The free ’til you drop exhibition celebrates Melbourne’s passion for shopping, from the Paris end of Collins Street to the local corner store.
The exhibition at the State Library of Victoria explores Melbourne’s social history through changes in our shopping habits from early settlement and the marvellous Melbourne of the 1880s to today.
’til you drop links shopping with cultural and social developments such as increasing leisure time, immigration and the suburban sprawl.
It takes a nostalgic look at famous shops like EW Cole’s Book Arcade, the much-loved Georges of Collins Street and the iconic Myer department store, as well as visiting the local supermarket, suburban mega-centre and modern convenience store.
Melbourne’s multicultural heritage is reflected in images of the European deli, Vietnamese butcher and Chinese importers.
The exhibition celebrates how and why Melburnians love to shop, with a special focus on fashion, food and the home. It reveals the indulgent side of shopping – the exclusive stores, luxury goods and seductive advertisements that feed our addiction to pleasure and style. It also acknowledges the downsides of shopping: crime, consumerism and pollution.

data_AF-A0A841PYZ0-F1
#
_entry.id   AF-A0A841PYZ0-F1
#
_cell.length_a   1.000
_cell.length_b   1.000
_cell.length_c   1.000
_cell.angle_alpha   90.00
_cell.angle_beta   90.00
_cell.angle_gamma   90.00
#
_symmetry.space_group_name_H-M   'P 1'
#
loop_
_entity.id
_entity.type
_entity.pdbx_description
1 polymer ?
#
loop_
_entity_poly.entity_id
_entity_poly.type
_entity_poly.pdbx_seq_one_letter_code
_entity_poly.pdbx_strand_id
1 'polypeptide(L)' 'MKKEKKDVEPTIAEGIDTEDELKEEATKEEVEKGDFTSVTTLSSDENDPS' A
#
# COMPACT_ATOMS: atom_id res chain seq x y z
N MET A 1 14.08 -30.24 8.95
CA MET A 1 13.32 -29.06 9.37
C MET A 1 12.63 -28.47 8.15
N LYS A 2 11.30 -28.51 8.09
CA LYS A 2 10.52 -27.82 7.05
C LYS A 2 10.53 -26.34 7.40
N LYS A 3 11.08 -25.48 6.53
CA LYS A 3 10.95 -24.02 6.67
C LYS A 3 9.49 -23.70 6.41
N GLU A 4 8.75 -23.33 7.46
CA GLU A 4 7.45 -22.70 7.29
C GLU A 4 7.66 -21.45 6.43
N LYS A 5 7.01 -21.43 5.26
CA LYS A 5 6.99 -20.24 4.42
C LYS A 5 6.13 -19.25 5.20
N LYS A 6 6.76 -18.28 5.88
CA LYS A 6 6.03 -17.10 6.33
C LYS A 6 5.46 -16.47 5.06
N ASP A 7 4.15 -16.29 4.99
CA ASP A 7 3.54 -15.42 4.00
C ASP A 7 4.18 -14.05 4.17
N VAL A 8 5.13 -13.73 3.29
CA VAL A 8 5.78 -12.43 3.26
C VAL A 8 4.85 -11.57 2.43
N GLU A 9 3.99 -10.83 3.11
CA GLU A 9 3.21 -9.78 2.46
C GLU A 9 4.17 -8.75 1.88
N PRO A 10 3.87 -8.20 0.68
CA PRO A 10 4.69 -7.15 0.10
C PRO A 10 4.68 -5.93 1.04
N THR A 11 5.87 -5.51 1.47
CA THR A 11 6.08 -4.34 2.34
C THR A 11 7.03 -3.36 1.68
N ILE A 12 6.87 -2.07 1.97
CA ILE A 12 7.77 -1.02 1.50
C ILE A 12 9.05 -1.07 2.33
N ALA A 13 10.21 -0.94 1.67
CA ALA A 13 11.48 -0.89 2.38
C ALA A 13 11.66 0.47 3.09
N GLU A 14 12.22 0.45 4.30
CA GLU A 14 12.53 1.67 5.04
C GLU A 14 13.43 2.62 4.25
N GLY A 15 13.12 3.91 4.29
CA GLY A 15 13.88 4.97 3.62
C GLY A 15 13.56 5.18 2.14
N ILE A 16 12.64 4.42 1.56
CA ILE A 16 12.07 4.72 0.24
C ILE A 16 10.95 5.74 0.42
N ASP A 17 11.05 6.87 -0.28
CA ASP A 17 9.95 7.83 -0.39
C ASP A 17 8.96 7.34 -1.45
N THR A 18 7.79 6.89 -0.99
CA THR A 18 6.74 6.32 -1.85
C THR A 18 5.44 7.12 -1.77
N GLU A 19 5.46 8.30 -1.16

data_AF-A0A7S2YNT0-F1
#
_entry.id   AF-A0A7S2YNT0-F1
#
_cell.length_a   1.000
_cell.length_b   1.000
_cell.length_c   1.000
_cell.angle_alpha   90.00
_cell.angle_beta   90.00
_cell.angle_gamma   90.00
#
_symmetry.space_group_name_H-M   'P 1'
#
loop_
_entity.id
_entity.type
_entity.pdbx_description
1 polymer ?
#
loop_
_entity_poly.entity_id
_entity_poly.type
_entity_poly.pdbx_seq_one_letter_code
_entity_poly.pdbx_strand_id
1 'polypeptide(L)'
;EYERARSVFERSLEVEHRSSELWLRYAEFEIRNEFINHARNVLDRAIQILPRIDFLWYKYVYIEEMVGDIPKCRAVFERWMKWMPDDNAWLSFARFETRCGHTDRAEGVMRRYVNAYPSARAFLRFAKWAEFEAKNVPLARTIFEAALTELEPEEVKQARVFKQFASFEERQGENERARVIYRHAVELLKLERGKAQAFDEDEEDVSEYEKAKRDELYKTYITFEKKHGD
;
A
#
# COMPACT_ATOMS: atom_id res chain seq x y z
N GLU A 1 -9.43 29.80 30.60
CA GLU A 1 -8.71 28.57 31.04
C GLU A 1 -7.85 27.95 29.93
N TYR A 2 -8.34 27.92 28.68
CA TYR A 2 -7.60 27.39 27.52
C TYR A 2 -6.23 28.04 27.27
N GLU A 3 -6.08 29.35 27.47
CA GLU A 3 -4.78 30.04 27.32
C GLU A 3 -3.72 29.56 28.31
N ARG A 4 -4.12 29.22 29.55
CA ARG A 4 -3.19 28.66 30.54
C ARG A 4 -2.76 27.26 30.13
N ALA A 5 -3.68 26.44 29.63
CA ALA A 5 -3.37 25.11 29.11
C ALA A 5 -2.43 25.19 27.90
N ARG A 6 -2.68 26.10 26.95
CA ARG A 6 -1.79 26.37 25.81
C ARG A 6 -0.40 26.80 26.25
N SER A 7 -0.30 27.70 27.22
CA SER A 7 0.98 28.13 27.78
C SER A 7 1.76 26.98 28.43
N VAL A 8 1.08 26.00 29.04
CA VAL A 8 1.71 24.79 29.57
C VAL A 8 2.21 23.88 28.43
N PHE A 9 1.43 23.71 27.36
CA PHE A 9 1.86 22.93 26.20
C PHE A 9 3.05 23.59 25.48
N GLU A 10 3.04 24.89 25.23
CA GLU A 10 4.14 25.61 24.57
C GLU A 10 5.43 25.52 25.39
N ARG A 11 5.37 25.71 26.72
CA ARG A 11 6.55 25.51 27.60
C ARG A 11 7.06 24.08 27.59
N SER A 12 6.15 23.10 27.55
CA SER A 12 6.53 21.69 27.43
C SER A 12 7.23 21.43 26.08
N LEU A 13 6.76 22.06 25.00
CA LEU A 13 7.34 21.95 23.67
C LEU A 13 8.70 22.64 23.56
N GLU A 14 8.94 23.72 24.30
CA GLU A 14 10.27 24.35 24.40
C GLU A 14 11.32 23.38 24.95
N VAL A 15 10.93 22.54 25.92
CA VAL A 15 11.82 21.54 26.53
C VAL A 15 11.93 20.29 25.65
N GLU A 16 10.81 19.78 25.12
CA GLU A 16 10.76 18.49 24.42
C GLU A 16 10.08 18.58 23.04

’til you drop will appeal to a wide audience, from history and nostalgia buffs to those who live to shop.
Items on display range from a 19th-century cash register to ephemera such as wartime ration cards and Buckley & Nunn shopping receipts. It also features many classic photographs that evoke Melbourne’s changing style over the last century
Friday 11 December – Sunday 31 October, 2010
Other highlights include:
* a short film that explores contemporary Melbourne’s hottest shopping spots – from young designers and hidden arcades to favourite stores and markets
* images of ultra-modern 1970s suburban home decor
* iconic Wolfgang Sievers photographs of Collins Street in the 1960s
* superbly illustrated fashion catalogues from Foy & Gibson
* original design sketches of 1920s flapper fashions for Manton’s department store
* early colour postcards of famous shopping strips such as Bourke, Collins, Smith and Chapel streets
* persuasive advertisements for everything from luxury cosmetics to Ovaltine